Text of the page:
ROCK-A-BYE BABY fails to suspend our disbelief because its star is starting to doubt his absurdity. When he was teamed with Dean, Jerry could afford to devote his energies to being the monkey; though he could extend his acting chops at times, or explore “Chaplin shit” he was still locked into being the best Jerry he could be. However, at this point in his filmic career – his third solo film without Dean Martin – Jerry seemed to be losing his conviction on what made him “Jerry Lewis”; his Clayton is a mix of his nine-year-old persona and, surprisingly, Dean’s stable straight man. He’s trying to combine both Dean’s and his personalities into ONE CHARACTER – and it’s a tonal mess!
Firstly, Jerry sings the title song over the opening credits – in a “serious” Sinatra baritone. He’s using his real voice, not that squeal that breaks glass that we’ve grown used to. He’s past 30 and he’s going to embrace the man-tonsils now. This sets up very different expectations to any Jerry movie that came before, as we see him in a slick suit, roving through the opening credits doing “respectable” shtick. It doesn’t help that the first time we see him in the movie, he is doing his klutzy nine-year-old – but, didn’t you just croon that–? Weren’t you the guy who was just dressed in–?
Okay, so I guess you were just singing the opening like that, and now you’ve committed yourself to being The Jerry We Love, swinging on a chimney, losing control of a fire hose and wrecking a house singlehandedly – laugh out loud! – and when you’re going to sing again, we’ll hear that high-pitched squawk that makes us laugh— what the hell?!– Jerry sings no less than three songs in the film. And they’re all as serious as a heart attack! He even does a lachrymose duet over the babies with Baccaloni. This is Dean Martin revisited with a vengeance. It’s as if Jerry is saying to audiences, ‘Look, this is the formula you liked in all my Martin-Lewis musical comedies – me the monkey and Dean the crooner – well, I can provide all that by myself!’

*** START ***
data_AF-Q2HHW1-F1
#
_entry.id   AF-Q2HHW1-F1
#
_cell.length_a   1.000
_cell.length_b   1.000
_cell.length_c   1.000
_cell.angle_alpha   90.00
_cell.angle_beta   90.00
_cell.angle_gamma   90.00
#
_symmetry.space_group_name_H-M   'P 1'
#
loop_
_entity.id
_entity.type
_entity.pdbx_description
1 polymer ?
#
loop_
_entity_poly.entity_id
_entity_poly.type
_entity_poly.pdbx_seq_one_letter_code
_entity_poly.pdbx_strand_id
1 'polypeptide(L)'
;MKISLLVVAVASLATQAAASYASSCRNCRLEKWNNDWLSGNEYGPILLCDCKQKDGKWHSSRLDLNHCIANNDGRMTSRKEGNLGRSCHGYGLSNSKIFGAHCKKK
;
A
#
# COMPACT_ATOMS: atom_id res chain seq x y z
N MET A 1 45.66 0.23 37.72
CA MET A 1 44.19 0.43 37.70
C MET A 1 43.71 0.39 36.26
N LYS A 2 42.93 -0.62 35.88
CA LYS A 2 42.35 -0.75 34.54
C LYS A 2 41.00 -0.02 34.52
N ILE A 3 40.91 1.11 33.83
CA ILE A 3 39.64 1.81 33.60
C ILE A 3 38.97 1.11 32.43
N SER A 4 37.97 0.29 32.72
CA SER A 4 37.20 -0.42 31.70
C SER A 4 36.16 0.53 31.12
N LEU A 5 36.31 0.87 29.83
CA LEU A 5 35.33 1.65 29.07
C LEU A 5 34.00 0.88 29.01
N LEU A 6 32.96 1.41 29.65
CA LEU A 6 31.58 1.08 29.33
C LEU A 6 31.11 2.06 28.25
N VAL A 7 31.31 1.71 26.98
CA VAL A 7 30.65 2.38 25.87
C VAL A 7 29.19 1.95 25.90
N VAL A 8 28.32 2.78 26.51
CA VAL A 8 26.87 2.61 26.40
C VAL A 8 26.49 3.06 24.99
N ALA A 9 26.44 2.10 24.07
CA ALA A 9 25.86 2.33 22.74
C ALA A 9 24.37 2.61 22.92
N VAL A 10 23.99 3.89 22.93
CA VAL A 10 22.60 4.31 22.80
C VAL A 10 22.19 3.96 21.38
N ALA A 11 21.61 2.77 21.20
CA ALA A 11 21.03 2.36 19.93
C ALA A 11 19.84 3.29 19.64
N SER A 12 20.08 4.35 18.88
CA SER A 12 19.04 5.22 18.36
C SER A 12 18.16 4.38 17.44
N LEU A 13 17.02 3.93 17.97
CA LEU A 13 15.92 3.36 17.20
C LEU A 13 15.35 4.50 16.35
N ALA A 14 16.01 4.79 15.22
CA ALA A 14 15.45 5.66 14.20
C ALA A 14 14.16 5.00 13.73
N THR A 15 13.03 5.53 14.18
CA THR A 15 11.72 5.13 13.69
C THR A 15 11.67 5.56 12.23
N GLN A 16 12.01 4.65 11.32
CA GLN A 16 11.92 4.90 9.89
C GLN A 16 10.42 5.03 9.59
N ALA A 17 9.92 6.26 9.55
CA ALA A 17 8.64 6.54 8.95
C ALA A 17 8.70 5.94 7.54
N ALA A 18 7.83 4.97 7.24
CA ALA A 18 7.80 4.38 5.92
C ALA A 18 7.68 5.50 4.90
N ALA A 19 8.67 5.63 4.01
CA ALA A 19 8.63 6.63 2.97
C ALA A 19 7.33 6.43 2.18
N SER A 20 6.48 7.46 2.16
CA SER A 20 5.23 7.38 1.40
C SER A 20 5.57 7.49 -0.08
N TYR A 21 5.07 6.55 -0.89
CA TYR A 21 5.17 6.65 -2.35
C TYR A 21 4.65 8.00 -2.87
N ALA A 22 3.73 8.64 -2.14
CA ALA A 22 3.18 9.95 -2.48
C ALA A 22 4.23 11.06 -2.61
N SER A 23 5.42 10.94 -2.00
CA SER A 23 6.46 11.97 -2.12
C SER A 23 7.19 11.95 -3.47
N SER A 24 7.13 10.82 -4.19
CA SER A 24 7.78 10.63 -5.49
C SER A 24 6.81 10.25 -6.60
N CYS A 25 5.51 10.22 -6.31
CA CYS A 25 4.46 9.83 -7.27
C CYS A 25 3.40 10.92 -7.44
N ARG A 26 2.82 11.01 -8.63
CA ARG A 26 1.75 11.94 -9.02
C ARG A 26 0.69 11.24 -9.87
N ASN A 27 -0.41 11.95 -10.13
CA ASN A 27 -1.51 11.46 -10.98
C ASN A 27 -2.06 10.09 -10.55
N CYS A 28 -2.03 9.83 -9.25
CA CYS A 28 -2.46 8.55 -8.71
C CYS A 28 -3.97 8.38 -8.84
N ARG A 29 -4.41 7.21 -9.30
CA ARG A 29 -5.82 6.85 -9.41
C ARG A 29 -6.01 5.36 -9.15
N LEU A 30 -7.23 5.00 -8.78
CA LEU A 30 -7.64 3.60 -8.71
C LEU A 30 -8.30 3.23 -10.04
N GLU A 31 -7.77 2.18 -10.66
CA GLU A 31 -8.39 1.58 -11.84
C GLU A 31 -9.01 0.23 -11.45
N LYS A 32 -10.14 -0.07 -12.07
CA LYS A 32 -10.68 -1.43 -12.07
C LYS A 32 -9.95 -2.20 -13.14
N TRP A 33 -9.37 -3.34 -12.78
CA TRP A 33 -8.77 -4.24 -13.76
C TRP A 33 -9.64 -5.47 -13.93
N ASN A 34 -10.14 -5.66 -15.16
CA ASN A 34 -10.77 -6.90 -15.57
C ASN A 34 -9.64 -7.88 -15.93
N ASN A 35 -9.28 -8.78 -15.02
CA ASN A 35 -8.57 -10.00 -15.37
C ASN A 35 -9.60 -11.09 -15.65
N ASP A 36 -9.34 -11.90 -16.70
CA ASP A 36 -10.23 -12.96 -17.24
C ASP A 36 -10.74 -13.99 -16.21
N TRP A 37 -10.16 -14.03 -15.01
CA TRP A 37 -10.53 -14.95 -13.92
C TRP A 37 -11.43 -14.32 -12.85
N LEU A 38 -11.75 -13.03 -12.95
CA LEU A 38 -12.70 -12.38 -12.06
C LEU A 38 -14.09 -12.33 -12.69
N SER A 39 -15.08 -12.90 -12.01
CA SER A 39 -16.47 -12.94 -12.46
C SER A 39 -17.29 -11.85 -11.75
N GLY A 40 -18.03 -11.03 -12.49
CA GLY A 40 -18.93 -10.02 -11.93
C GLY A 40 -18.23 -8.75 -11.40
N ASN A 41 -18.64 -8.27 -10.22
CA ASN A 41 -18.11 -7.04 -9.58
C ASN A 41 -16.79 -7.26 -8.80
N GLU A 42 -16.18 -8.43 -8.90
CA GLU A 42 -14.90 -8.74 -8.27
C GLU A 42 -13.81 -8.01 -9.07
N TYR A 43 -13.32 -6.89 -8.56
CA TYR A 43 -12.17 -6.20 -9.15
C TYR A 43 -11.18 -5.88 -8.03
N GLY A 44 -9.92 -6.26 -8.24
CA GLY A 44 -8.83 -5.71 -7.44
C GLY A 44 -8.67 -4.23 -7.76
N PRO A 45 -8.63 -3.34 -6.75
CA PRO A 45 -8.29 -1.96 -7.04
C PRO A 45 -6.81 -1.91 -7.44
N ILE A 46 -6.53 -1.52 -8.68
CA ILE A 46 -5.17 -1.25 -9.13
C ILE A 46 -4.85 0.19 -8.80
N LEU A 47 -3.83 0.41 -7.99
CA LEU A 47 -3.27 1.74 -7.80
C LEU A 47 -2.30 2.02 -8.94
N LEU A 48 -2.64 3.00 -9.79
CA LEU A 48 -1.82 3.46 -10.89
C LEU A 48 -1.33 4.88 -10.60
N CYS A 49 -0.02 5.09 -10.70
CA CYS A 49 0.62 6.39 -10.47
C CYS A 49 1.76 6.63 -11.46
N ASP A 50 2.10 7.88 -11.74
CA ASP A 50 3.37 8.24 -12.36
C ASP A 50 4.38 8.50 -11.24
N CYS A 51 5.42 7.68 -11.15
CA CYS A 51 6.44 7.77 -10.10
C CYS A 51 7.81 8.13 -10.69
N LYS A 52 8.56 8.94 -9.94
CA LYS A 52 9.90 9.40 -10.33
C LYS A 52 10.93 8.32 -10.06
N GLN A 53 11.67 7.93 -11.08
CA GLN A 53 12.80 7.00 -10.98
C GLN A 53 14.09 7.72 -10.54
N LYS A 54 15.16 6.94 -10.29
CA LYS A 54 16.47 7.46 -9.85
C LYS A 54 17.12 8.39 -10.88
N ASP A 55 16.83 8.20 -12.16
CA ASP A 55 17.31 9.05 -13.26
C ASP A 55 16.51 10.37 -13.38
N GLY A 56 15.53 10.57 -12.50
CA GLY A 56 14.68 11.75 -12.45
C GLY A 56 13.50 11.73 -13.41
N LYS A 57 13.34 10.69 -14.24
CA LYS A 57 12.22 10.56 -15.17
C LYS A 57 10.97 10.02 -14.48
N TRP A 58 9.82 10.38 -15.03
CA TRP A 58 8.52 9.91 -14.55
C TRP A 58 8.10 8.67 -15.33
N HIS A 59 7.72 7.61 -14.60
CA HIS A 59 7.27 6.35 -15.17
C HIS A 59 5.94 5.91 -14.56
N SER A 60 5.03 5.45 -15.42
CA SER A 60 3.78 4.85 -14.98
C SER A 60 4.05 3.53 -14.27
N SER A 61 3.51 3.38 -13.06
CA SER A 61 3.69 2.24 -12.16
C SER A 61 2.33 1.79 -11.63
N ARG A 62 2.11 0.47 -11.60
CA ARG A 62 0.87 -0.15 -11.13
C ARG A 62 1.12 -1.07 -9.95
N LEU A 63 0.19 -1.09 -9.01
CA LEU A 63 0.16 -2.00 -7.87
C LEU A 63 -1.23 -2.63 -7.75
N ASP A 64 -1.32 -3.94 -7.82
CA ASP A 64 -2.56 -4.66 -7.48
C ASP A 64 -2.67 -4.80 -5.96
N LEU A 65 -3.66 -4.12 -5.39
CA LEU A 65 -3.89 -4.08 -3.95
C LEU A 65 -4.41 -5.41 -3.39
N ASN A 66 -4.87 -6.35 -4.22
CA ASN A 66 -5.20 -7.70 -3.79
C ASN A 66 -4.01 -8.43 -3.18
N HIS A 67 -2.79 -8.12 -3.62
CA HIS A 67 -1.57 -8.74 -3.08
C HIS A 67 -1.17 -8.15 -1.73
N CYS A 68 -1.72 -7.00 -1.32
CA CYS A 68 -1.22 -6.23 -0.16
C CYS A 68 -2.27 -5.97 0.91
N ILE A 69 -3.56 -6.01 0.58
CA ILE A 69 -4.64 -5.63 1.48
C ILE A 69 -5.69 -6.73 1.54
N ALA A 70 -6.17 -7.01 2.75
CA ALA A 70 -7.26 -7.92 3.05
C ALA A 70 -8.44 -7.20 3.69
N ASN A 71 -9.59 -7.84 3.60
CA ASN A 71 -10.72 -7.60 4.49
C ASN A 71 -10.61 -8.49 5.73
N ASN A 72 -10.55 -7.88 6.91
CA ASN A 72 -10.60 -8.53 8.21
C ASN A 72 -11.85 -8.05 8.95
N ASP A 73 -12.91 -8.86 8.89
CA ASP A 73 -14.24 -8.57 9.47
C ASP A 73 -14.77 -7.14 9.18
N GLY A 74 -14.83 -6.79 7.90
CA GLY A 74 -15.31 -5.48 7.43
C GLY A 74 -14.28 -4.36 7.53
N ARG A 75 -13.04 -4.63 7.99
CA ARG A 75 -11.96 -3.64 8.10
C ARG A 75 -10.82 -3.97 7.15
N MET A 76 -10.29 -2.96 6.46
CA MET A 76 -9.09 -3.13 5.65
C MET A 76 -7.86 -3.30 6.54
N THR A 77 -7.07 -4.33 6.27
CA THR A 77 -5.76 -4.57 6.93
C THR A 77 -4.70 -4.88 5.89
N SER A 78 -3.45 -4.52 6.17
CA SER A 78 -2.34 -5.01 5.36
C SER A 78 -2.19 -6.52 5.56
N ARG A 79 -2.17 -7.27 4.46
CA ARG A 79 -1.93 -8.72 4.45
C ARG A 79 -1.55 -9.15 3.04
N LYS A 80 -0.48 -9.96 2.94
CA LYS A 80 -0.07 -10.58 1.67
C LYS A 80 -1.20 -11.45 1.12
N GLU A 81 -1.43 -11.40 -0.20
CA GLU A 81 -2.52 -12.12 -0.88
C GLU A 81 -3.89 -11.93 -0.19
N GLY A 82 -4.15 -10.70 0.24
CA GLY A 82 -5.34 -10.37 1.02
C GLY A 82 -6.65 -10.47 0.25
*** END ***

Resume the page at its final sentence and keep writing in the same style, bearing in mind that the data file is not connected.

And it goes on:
But you can’t. Because this personality-splitting of one character turns out to be a higher hurdle than the stupidity of the plot. Turns out Dean might have been right all along, about keeping the formula simple. Jerry always wanted to explore the nuances of the tragedy behind the comedy (a la 3 RING CIRCUS), but Dean just wanted to gag and get paid. Now Jerry’s going right out on a limb to give us this combination of his and Dean’s characters, and in doing so, he dilutes both. We’re not following him out on that limb.
When Carla turns up to drop off the babies, Clayton becomes dead serious, in soft-focus, “I’ll do anything for you – give me the chance!” It’s Jerry doing the leading man thing. But it’s not working – because he’s lost his balls to this harlot. They try to humanize the whore by making her cry over burdening someone who loves her so much – but she leaves the babies nonetheless, without so much as a red penny of her starlet millions to tide him by! Dean never lost his balls this large to a dame!
Connie Stevens gets a song, and even Jerry’s real life son, Gary Lewis, cameos as Young Clayton (Gary would go on to a moderately successful musical career in real life). Jerry is also featured in one number fronting a Bill Haley-type band, cutting loose as the monkey, obviously shoehorned in because there was too much crooning. Probably the only sliver of hope we might glean from this generally unfunny outing is that at one point, Jerry lapses into his Julius Kelp voice – a character that would, a few years hence, succeed in combining comedy and pathos in THE NUTTY PROFESSOR.
Until then, we tread lightly over the creaking bough…